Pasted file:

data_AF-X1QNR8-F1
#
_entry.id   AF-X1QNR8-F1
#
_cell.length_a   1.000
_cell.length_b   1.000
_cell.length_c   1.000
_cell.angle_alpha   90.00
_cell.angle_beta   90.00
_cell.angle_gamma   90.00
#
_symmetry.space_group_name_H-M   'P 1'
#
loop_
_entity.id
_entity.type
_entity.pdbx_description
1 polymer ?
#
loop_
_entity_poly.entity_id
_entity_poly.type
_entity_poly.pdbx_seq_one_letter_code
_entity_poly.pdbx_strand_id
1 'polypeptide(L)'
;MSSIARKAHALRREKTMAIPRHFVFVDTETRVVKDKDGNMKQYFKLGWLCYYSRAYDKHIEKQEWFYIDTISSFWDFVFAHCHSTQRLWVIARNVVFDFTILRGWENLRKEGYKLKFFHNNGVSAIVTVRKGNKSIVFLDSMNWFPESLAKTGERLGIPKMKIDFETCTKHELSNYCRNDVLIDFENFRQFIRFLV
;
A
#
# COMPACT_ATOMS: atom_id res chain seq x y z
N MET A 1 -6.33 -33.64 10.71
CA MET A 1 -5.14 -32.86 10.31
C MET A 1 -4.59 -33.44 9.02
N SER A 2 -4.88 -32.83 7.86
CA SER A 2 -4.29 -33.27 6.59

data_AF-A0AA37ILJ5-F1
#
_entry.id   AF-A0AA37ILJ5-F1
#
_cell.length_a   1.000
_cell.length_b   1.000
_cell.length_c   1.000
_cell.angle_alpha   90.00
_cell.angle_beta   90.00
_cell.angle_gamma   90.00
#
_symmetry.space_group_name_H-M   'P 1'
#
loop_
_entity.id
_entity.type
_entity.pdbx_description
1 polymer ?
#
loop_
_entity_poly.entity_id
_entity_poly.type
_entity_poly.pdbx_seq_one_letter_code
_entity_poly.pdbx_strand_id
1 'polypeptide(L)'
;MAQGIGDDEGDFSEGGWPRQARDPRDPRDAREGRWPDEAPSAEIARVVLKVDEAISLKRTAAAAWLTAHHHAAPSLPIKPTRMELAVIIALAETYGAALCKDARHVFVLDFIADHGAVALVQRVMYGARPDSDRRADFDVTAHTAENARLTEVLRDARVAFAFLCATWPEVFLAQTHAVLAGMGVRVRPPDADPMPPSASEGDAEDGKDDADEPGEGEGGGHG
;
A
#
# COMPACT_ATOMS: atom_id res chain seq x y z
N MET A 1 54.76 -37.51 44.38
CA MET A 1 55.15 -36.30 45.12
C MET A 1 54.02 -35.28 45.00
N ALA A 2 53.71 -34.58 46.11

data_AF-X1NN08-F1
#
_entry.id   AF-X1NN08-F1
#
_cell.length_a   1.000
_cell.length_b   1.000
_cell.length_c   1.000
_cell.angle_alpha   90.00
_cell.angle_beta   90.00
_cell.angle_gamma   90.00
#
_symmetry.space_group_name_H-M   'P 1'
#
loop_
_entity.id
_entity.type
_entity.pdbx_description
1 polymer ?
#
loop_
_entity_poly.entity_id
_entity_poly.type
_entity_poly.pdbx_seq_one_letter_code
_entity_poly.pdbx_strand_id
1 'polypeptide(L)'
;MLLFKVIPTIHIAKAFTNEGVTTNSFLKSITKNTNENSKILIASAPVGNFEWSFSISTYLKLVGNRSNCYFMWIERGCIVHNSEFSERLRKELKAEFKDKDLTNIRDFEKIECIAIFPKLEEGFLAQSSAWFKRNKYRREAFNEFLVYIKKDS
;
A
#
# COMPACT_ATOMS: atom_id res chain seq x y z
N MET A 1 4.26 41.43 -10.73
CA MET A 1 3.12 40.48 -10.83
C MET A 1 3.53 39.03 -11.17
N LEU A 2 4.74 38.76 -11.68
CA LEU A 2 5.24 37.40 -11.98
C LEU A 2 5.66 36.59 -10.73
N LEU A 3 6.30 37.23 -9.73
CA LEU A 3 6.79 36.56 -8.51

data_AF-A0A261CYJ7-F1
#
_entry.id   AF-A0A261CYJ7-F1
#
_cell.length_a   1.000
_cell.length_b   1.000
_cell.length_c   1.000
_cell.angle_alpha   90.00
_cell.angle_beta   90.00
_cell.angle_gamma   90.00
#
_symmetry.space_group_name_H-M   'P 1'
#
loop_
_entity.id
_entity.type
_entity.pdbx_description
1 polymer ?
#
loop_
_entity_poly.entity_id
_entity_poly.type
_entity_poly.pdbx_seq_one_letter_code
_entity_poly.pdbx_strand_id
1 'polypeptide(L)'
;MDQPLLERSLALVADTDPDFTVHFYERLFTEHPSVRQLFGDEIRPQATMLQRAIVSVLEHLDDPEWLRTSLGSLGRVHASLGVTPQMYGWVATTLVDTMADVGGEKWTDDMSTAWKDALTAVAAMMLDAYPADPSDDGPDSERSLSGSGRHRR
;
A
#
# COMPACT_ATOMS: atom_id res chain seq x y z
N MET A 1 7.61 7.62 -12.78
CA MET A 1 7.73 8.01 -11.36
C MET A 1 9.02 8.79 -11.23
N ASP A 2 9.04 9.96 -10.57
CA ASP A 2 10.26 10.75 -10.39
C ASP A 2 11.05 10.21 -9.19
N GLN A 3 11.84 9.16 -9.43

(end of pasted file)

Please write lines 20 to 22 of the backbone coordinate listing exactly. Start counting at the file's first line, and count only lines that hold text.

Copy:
loop_
_entity_poly.entity_id
_entity_poly.type